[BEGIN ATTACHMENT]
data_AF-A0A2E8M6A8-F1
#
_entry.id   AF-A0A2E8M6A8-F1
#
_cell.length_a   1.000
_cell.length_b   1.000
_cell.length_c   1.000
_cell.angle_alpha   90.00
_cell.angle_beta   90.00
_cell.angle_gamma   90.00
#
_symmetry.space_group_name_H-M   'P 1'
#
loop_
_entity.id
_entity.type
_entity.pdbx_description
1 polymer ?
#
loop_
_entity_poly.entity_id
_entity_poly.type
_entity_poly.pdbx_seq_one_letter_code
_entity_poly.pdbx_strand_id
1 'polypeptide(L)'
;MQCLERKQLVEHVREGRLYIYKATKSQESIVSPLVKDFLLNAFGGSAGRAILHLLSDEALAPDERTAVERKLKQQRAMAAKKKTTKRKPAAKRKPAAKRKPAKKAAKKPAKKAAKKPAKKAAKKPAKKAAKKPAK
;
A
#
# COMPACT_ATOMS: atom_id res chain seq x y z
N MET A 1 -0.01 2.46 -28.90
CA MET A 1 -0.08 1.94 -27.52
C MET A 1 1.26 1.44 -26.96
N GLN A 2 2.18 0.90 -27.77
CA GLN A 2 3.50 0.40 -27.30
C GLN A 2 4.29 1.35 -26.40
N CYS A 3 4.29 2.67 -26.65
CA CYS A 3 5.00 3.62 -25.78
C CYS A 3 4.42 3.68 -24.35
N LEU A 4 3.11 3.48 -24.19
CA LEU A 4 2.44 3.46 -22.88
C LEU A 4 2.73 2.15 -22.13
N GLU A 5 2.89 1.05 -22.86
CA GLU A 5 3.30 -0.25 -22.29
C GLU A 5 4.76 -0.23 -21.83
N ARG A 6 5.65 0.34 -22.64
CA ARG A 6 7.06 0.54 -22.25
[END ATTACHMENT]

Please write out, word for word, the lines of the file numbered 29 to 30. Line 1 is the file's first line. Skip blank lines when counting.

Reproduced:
#
# COMPACT_ATOMS: atom_id res chain seq x y z